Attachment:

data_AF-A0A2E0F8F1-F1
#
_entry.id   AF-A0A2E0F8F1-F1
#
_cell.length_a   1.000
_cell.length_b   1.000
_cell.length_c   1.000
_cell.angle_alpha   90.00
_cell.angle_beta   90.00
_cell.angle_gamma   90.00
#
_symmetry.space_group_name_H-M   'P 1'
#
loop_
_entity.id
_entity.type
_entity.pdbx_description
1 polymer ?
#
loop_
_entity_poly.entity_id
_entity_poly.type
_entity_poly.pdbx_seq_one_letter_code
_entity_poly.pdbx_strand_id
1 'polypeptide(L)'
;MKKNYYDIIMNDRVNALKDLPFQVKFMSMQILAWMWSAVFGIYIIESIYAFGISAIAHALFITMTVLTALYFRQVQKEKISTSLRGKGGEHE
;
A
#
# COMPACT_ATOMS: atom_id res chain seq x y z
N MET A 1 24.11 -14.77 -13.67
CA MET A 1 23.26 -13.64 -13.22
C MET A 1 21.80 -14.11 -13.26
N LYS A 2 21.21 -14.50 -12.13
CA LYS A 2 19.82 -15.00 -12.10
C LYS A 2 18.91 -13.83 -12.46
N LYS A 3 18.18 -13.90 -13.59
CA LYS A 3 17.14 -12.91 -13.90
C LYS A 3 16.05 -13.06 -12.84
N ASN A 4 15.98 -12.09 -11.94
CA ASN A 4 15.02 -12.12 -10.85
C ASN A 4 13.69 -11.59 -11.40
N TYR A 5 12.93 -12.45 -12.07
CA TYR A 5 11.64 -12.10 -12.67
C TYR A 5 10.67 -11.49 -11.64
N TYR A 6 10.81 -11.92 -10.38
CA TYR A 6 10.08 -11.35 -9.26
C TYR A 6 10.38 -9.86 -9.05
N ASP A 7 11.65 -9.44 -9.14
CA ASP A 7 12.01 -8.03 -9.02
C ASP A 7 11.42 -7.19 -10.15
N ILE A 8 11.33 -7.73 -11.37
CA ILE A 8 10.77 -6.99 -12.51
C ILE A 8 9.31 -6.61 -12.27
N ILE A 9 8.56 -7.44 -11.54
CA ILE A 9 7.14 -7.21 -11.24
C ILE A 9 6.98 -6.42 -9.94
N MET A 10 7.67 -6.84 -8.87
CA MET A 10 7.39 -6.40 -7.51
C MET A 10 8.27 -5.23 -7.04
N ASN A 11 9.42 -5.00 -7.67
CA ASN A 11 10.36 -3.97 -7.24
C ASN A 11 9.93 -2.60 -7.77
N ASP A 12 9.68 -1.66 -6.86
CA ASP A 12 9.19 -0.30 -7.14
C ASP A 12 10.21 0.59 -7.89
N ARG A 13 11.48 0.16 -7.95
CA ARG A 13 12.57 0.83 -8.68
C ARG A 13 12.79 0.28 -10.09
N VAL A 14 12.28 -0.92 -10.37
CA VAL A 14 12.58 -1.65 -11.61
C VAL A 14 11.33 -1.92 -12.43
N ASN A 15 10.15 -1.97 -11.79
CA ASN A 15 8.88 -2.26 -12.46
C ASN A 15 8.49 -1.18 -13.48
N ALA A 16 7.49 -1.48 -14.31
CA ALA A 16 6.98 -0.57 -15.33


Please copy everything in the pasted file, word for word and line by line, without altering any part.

data_AF-A0A2E0F8F1-F1
#
_entry.id   AF-A0A2E0F8F1-F1
#
_cell.length_a   1.000
_cell.length_b   1.000
_cell.length_c   1.000
_cell.angle_alpha   90.00
_cell.angle_beta   90.00
_cell.angle_gamma   90.00
#
_symmetry.space_group_name_H-M   'P 1'
#
loop_
_entity.id
_entity.type
_entity.pdbx_description
1 polymer ?
#
loop_
_entity_poly.entity_id
_entity_poly.type
_entity_poly.pdbx_seq_one_letter_code
_entity_poly.pdbx_strand_id
1 'polypeptide(L)'
;MKKNYYDIIMNDRVNALKDLPFQVKFMSMQILAWMWSAVFGIYIIESIYAFGISAIAHALFITMTVLTALYFRQVQKEKISTSLRGKGGEHE
;
A
#
# COMPACT_ATOMS: atom_id res chain seq x y z
N MET A 1 24.11 -14.77 -13.67
CA MET A 1 23.26 -13.64 -13.22
C MET A 1 21.80 -14.11 -13.26
N LYS A 2 21.21 -14.50 -12.13
CA LYS A 2 19.82 -15.00 -12.10
C LYS A 2 18.91 -13.83 -12.46
N LYS A 3 18.18 -13.90 -13.59
CA LYS A 3 17.14 -12.91 -13.90
C LYS A 3 16.05 -13.06 -12.84
N ASN A 4 15.98 -12.09 -11.94
CA ASN A 4 15.02 -12.12 -10.85
C ASN A 4 13.69 -11.59 -11.40
N TYR A 5 12.93 -12.45 -12.07
CA TYR A 5 11.64 -12.10 -12.67
C TYR A 5 10.67 -11.49 -11.64
N TYR A 6 10.81 -11.92 -10.38
CA TYR A 6 10.08 -11.35 -9.26
C TYR A 6 10.38 -9.86 -9.05
N ASP A 7 11.65 -9.44 -9.14
CA ASP A 7 12.01 -8.03 -9.02
C ASP A 7 11.42 -7.19 -10.15
N ILE A 8 11.33 -7.73 -11.37
CA ILE A 8 10.77 -6.99 -12.51
C ILE A 8 9.31 -6.61 -12.27
N ILE A 9 8.56 -7.44 -11.54
CA ILE A 9 7.14 -7.21 -11.24
C ILE A 9 6.98 -6.42 -9.94
N MET A 10 7.67 -6.84 -8.87
CA MET A 10 7.39 -6.40 -7.51
C MET A 10 8.27 -5.23 -7.04
N ASN A 11 9.42 -5.00 -7.67
CA ASN A 11 10.36 -3.97 -7.24
C ASN A 11 9.93 -2.60 -7.77
N ASP A 12 9.68 -1.66 -6.86
CA ASP A 12 9.19 -0.30 -7.14
C ASP A 12 10.21 0.59 -7.89
N ARG A 13 11.48 0.16 -7.95
CA ARG A 13 12.57 0.83 -8.68
C ARG A 13 12.79 0.28 -10.09
N VAL A 14 12.28 -0.92 -10.37
CA VAL A 14 12.58 -1.65 -11.61
C VAL A 14 11.33 -1.92 -12.43
N ASN A 15 10.15 -1.97 -11.79
CA ASN A 15 8.88 -2.26 -12.46
C ASN A 15 8.49 -1.18 -13.48
N ALA A 16 7.49 -1.48 -14.31
CA ALA A 16 6.98 -0.57 -15.33